Time to Rhyme!
The students will be able to discriminate and identify sounds in words. Students will also recognize matching sounds and rhymes in familiar words in songs and stories.
- Hold up the paints and paintbrushes. Ask the class, Who would use these items? After hearing their answers, show them the "Artist" concept word strip. Explain that an artist is someone who makes drawings and sculptures using different materials.
- Show students the "Faint" concept word strip. Explain that when someone faints, they pass out and fall to the floor.
- Show them the "Harm" concept word strip. Explain that when someone is harmed, they get hurt.
- Tell them that all of the concept words you just showed them are in the story you're about to read. Some of them are used as rhyming words, or words that have the same ending sound. Examples of rhyming word pairs are log/frog and bed/head.
- Distribute copies of the Rhyming Word Pairs worksheet. Together as a class, find the rhyming pairs.
- Use the identified pairs to sing the following song to the tune of London Bridge:
Dog and frog are rhyming words Rhyming words, rhyming words Dog and frog are rhyming words Say them with me! (Dog, frog!) Toes and nose... Yarn and barn... Bug and rug... Sock and clock...
Explicit Instruction/Teacher Modeling(20 minutes)
- Watch the "I Ain't Gonna Paint No More" sing-along by LittleStoryBug.
- After watching the video, read and sing the song I Ain’t Gonna Paint No More together as a class.
- Pause before turning each page to let students call out the next rhyming word. Start pausing after "So I take some red and I paint my..."; students should respond with "head."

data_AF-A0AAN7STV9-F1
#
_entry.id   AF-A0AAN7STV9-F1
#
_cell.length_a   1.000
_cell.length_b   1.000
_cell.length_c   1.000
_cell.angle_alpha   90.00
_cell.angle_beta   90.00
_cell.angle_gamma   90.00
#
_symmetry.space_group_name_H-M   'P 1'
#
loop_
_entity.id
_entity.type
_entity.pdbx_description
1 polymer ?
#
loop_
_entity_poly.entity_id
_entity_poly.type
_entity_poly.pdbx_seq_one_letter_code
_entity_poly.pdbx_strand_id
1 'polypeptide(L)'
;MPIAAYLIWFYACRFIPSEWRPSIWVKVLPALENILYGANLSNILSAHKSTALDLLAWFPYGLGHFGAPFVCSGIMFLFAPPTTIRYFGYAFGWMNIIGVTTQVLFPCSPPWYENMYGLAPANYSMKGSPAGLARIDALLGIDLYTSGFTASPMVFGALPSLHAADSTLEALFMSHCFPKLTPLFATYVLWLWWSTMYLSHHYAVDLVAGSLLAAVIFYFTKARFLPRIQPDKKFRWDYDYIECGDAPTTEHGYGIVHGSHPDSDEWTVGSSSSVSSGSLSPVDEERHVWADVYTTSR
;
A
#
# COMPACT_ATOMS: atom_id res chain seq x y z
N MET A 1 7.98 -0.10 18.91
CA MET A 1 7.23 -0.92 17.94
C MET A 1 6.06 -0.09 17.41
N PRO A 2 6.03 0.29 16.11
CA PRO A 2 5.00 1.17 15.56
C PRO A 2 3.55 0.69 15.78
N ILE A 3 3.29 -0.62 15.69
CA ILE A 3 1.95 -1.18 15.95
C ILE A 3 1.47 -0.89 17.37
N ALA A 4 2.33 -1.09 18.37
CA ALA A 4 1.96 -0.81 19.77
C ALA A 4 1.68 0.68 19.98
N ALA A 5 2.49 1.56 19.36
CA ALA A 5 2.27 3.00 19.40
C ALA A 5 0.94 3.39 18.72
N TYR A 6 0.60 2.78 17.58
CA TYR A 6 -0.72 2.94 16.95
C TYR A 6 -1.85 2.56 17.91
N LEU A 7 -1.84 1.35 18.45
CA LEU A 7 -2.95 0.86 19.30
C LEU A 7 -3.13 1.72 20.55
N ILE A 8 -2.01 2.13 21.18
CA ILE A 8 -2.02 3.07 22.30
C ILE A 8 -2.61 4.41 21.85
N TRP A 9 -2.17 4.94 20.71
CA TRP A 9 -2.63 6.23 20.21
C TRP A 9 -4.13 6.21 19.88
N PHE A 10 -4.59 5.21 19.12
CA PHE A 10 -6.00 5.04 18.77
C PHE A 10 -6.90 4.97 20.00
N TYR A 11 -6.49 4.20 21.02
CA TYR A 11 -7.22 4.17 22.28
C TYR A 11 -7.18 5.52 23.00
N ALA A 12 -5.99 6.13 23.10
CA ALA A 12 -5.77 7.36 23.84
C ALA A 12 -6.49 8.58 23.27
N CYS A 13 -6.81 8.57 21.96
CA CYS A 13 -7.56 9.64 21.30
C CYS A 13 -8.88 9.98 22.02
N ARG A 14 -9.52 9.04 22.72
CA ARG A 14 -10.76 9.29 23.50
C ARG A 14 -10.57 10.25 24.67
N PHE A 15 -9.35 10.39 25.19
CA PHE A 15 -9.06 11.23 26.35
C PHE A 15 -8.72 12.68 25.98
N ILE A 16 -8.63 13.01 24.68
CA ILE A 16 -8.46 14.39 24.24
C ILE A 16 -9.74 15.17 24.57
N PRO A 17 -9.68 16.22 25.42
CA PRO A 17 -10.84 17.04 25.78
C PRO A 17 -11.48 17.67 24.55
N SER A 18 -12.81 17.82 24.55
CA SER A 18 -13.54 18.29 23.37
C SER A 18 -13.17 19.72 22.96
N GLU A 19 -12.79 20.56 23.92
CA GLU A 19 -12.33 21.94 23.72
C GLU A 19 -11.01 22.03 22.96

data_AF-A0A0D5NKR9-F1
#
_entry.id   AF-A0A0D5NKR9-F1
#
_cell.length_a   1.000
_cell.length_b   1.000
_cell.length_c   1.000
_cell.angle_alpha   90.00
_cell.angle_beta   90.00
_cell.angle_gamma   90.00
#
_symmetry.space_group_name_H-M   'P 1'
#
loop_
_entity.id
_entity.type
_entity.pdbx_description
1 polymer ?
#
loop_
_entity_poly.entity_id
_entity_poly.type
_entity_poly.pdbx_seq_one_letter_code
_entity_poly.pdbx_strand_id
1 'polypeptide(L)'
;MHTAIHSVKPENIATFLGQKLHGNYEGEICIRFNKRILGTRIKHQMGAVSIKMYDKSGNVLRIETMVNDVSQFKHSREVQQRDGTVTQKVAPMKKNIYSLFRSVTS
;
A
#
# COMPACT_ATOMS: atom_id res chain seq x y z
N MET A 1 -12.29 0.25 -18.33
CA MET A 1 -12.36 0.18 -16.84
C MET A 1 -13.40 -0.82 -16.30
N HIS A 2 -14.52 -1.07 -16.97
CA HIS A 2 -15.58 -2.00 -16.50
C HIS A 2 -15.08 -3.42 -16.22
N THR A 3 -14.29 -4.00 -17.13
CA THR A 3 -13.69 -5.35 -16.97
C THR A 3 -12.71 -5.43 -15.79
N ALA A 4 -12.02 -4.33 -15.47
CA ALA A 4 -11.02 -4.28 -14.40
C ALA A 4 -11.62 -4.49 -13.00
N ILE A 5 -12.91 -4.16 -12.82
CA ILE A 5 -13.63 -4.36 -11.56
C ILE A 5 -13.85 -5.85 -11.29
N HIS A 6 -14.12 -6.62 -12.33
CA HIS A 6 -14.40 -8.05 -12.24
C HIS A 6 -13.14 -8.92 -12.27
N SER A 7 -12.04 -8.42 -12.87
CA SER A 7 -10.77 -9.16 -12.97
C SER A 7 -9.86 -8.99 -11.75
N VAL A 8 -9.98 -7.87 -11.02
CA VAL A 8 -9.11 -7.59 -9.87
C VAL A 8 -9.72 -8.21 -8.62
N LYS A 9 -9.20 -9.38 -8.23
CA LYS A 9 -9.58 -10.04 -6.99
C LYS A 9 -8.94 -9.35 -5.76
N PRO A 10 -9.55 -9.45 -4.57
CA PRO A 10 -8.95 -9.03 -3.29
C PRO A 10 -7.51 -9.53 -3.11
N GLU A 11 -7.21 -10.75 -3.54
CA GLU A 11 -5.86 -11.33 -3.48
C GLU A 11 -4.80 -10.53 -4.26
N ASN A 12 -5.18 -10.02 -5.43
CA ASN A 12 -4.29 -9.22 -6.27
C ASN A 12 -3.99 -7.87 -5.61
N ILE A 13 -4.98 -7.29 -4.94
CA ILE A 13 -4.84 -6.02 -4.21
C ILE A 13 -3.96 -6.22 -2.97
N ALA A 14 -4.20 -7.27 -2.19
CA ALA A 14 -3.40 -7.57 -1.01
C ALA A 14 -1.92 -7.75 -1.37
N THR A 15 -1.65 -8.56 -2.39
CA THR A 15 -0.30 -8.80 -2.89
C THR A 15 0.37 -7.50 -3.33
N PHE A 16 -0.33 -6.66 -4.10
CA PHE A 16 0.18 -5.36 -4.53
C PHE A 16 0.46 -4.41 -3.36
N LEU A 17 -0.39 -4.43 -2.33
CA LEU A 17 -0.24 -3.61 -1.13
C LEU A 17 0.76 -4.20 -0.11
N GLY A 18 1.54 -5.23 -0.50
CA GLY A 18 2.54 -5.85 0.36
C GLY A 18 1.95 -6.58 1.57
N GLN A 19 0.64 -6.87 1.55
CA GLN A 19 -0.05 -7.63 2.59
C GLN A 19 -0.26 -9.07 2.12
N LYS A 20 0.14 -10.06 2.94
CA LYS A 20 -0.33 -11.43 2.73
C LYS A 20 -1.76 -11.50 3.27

- As you read, write down the body part names you see on a whiteboard, or using a projector or interactive whiteboard. Also, point out the concept words as you encounter them in the text.
- Once you've finished reading, review the body part names with the class.
- Ask students to tell you rhyming words for each body part.
Guided Practice/Interactive Modeling(10 minutes)
- Sing the following song to the tune of "If You're Happy and You Know It":
If you change the /k/ in Kimmy to a /b/ If you change the /k/ in Kimmy to a /b/ If you change the /k/ to /b/ Then Kimmy turns into Bimmy If you change the /k/ in Kimmy to a /b/
- Hold up the "K" flash card when singing /k/ and the "B" flash card when singing /b/.
- Repeat the chorus with different students' names. Give them time to think of rhyming words for each name, and hold up the corresponding flash cards for the first letters of their rhyming words.
Independent Working Time(30 minutes)
- Distribute paint, a paintbrush, and a smock to each student.
- Have students put on the smocks and paint the body parts on the I Ain’t Gonna Paint No More booklet pages.
- Prepare a space in the room for dried paintings.
- As each student works through her booklet, collect her painted pages, write her initials on them, and set them on the prepared drying area.
- Encourage students to sing the song from the sing-along as they paint. Remind them that they should be painting the paper body parts and not their own.
- Enrichment: Students who complete their assignments early can be given [Rhyme Connection] worksheets to work on.
- Support: Encourage struggling students to make up rhyming words, even if they're not real words. Help them understand the concept of rhyming by emphasizing the importance of sound.
- Over the course of the lesson, observe the different rhyming words that students come up with. Use your class list to record which students may be struggling with the lesson content.
Review and Closing(15 minutes)
- Together as a class, review the list of rhyming words on the board.
- Ask students how their parents might feel if they painted their bodies and parts of their homes. Tell them that it's better (and a lot less messy) to paint on paper.
- End the lesson. After their pages dry, staple each student's booklet pages together.